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Posted in * Anglican - Episcopal, Episcopal Church (TEC), Presiding Bishop

Washington Post–Many women targeted by faith leaders, survey says

One in every 33 women who attend worship services regularly has been the target of sexual advances by a religious leader, a survey released Wednesday says.

The study, by Baylor University researchers, found that the problem is so pervasive that it almost certainly involves a wide range of denominations, religious traditions and leaders.

“It certainly is prevalent, and clearly the problem is more than simply a few charismatic leaders preying on vulnerable followers,” said Diana Garland, dean of Baylor’s School of Social Work, who co-authored the study.

It found that more than two-thirds of the offenders were married to someone else at the time of the advance.

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Posted in * Christian Life / Church Life, * Culture-Watch, Ethics / Moral Theology, Ministry of the Ordained, Parish Ministry, Pastoral Theology, Sexuality, Theology, Women

Father John Flynn on the Gambling Boom–Governments Tap a "Tax" Eagerly Paid

John P. Hoffmann, a professor of sociology at Brigham Young University, examined the harm caused by gambling. Gambling has generally been placed in the category of victimless crimes, but he argued this terminology is not correct.

Problems such as gambling have substantial negative effects on marital relations and family functioning. Many people gamble with no apparent problems, Hoffmann admitted, but studies point to about 9% of gamblers having some risks, with another 1.5% classified as problem gamblers, and 0.9% as pathological gamblers.

The percentages might seem low, but they translate into substantial numbers — millions of people, in fact — when you consider the total population of the United States, he commented.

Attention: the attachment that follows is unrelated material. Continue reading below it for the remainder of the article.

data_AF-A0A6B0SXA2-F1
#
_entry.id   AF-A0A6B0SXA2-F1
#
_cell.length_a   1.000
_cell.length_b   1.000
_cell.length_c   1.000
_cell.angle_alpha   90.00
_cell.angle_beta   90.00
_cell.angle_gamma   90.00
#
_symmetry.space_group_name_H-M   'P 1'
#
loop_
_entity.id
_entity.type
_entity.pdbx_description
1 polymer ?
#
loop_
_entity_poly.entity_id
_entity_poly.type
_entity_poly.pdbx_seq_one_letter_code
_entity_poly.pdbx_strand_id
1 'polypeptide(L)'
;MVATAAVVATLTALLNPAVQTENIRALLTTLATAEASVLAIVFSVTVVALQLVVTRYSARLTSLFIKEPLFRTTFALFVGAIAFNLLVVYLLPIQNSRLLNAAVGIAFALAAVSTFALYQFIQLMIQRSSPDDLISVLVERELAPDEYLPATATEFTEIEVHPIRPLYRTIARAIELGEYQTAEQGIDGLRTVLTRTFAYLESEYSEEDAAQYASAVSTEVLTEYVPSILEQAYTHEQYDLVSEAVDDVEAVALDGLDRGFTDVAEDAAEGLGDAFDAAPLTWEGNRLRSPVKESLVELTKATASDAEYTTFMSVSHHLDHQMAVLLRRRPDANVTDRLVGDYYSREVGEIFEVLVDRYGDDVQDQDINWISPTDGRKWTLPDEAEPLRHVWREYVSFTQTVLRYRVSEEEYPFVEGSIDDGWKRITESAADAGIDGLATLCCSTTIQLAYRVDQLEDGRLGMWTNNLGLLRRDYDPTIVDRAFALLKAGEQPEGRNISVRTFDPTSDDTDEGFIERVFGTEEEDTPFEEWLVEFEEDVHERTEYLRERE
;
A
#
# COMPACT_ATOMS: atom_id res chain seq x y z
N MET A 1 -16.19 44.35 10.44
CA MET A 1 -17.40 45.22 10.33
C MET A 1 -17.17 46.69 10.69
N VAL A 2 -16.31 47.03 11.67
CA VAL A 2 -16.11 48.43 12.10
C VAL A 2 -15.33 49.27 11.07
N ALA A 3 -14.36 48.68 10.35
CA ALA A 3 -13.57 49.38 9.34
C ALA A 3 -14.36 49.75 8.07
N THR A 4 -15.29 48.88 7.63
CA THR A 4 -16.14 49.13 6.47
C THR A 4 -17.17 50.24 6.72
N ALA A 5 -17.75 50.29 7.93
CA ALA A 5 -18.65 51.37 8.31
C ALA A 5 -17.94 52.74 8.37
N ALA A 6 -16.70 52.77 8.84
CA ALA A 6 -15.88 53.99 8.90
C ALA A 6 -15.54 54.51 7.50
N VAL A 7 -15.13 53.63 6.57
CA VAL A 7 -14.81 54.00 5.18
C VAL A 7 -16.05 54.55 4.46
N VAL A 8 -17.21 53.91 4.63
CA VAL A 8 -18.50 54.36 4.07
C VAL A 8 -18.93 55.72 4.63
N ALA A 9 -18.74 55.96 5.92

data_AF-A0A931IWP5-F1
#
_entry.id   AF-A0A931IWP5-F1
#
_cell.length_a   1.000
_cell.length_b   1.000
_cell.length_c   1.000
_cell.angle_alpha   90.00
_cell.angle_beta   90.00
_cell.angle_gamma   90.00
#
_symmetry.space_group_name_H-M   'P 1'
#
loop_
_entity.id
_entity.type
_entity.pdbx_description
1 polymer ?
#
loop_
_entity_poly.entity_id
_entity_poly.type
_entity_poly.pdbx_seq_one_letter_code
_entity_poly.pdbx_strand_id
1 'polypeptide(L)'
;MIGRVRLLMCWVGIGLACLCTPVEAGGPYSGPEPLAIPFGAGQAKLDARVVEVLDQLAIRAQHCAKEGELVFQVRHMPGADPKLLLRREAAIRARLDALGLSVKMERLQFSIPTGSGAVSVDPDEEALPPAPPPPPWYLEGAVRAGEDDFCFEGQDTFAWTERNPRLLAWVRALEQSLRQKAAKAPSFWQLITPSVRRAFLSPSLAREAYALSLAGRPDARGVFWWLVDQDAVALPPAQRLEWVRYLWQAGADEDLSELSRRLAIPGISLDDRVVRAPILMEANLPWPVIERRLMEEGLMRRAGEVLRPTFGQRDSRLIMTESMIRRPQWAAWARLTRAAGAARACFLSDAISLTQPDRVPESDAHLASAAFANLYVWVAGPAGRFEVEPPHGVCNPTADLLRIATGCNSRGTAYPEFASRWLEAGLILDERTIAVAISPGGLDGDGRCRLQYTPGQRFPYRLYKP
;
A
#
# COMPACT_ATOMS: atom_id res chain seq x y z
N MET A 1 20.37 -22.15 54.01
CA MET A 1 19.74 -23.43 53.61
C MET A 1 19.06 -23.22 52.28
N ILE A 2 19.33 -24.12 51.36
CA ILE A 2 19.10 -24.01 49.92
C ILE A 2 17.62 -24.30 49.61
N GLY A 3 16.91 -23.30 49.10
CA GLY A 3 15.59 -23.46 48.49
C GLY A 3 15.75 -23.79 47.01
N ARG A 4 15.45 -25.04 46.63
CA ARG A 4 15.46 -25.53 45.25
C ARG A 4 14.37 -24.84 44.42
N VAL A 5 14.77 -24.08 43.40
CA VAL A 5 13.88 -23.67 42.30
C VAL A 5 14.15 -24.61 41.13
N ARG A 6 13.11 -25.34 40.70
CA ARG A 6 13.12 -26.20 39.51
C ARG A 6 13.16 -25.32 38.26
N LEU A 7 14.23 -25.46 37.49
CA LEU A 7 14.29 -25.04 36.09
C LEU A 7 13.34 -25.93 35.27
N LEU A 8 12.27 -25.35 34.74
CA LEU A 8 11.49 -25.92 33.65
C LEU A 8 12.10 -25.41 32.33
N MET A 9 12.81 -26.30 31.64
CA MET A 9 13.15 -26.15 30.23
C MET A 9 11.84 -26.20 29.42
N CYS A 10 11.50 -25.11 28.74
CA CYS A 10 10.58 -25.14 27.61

When it comes to family life Hoffmann observed that pathological gambling is associated with mental health problems and divorce. When gambling reaches problem levels, children are also often acutely affected. Not only does it influence the time parents spend at home, but children also suffer from a sense of diminished personal attachment to their parents and a loss of trust in them.

In my mind, one of the colossal failures of the church in the last generation. Read it all

Posted in * Culture-Watch, * Economics, Politics, Economy, Gambling, Law & Legal Issues, Politics in General, Poverty, Religion & Culture, Taxes

Christianity Today Previews a new Look

Check it out and see what you think.

Posted in * Culture-Watch, * Religion News & Commentary, Evangelicals, Media, Other Churches

Vatican says Christians, Muslims should unite against poverty

Christians and Muslims share concern and compassion for those suffering in poverty and can find common ground to work toward eradicating both the causes and the problems it creates, the Vatican said.

In its traditional message to Muslims at the end of Ramadan, the Islamic holy month of fasting, the Pontifical Council for Interreligious Dialogue called attention to poverty as “a subject at the heart of the precepts that, under different beliefs, we all hold dear.”

As “brothers and sisters in humanity,” the letter said, people of both faiths can help the poor “establish their place in the fabric of society.”